The final farewells: Memorial for two-year-old Nikoline Røkenes, hometown funeral for Atle Husby celebrate the light they brought into lives


In addition to flowers, there were lots of balloons at the alter. And mourners in the overflowing church – between the tears – standing and following the priest in the singing and hand-signaling of “This Little Light of Mine.”

Invoking the memories of an innocent childhood lost, reinforced by the muted clamor from a dozen of her innocently unaware and restless peers at the far rear of the church, provided both relief from and a reminder of the crushing blow dealt to Longyearbyen – as much emotional as physical – by the Dec. 19 avalanche that killed two-year-old Nikoline Røkenes.

About 300 people gathered at Svalbard Church for a memorial of Nikoline, who died a day after being buried for two hours in her parents’ home, as well as a celebration of the survival of her sister, Pernille, 3, who was buried with her.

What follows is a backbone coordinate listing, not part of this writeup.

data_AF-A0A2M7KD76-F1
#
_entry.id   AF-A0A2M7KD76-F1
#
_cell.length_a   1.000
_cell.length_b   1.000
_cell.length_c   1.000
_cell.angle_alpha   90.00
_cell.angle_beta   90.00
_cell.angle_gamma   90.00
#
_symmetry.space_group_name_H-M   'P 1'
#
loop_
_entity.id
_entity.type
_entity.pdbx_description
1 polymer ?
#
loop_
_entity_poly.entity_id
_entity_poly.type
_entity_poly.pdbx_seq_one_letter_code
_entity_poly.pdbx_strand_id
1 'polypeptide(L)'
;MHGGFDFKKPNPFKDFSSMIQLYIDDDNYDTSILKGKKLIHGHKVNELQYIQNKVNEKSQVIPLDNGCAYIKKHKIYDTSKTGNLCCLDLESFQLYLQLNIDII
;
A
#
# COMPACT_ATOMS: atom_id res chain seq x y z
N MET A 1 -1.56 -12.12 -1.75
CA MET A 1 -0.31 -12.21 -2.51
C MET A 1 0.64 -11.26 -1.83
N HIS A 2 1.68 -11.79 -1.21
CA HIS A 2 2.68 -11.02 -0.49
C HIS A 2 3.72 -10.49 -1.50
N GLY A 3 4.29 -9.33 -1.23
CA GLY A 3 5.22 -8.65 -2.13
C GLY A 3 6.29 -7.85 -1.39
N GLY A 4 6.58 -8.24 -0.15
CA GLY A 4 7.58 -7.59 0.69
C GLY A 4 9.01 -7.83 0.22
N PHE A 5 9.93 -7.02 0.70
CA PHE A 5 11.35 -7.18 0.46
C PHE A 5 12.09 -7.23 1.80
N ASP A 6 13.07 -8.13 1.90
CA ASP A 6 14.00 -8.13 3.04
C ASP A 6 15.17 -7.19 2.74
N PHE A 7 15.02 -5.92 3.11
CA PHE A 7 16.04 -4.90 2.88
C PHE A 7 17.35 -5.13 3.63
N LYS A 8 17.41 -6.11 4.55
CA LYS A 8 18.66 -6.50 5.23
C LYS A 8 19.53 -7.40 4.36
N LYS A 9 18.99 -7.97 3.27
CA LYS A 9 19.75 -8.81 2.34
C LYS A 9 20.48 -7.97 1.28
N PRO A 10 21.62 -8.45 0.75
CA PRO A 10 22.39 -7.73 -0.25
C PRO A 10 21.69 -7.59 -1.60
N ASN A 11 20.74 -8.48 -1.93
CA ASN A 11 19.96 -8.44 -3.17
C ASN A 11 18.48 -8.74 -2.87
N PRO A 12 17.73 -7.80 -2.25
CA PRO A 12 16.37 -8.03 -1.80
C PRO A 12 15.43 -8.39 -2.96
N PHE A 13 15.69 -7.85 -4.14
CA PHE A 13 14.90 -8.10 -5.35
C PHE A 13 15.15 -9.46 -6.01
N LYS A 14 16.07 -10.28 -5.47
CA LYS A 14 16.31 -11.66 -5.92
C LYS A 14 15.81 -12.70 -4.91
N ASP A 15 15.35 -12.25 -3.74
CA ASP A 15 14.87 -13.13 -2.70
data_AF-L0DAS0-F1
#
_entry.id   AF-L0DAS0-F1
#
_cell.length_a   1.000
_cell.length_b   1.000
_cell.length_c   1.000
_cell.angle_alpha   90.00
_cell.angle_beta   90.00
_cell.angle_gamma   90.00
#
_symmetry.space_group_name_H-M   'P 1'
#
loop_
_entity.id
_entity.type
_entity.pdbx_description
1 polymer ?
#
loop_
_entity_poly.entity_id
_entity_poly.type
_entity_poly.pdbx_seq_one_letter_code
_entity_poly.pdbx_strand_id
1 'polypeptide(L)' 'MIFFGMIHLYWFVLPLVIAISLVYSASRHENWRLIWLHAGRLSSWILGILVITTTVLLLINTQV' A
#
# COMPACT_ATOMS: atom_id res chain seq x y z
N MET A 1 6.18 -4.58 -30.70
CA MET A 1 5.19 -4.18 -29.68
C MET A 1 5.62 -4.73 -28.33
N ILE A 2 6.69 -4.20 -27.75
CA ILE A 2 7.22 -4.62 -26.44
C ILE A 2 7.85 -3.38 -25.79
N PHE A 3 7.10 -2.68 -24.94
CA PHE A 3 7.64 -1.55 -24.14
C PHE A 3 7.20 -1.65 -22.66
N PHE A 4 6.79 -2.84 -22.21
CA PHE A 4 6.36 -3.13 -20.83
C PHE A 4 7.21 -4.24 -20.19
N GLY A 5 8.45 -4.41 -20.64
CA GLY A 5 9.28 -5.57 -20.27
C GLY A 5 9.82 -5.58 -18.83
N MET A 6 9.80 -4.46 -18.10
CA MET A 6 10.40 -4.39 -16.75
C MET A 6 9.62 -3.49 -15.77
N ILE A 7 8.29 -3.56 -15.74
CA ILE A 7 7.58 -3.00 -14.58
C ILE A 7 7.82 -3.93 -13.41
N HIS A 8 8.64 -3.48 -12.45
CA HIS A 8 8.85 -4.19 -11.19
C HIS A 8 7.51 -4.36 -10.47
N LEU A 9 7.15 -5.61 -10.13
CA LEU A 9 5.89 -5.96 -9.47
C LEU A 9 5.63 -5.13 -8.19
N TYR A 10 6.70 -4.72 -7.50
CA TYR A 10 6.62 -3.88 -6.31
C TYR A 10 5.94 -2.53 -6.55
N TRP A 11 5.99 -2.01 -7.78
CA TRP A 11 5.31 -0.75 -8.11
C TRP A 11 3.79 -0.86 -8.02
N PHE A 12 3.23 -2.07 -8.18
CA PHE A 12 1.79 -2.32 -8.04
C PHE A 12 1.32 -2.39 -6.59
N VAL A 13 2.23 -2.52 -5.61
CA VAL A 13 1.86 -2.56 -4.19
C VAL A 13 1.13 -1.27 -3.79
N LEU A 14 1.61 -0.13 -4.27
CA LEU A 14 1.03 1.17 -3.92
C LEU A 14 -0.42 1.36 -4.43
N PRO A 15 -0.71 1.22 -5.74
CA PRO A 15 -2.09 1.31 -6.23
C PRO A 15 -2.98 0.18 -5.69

It is a miracle that she survived,” said Birgit Lockertsen, a visiting priest from Tromsø, who presided over the service, of the older sister. “Nikoline lives on in memories.”


A flag flies at half-mast at midday Saturday outside Svalbard Church, where about 300 people gathered for a memorial service for Nikoline Røkenes, who was killed in the Dec. 19 avalanche. Photo by Mark Sabbatini / Icepeople.

Svalbard Gov. Kjerstin Askholt read a message from Norwegian Prime Minister Erna Solberg, and poems were read by teachers from Longyearbyen’s two preschools, one of which Nikoline attended.

The memorial service came one day after a funeral in Ås for Atle Husby, 42, a musician and Longyearbyen School teacher who was also killed in the avalanche. Svalbard Church Leif Mange Helgesen, who performed with Husby in the Store Norske Men’s Choir and presided over a local Dec. 22 memorial attended by a crowd similar to Nikoline’s, also presided over the funeral in Ås.

“A tone has subsided, a trombone has played for the last time,” he said, according to Akershus Amtstidende.

About 400 people attended the funeral. Among them were Hans-Gunnar Skreslett, a fellow musician and administrator at Longyearbyen School, who was one of the guest musicial performers at the service;  Longyearbyen School Headmaster Anne Søvold Vikanes; and Liv Mari Schei, a music teacher at the school and possibly Longyearbyen’s best-known musician.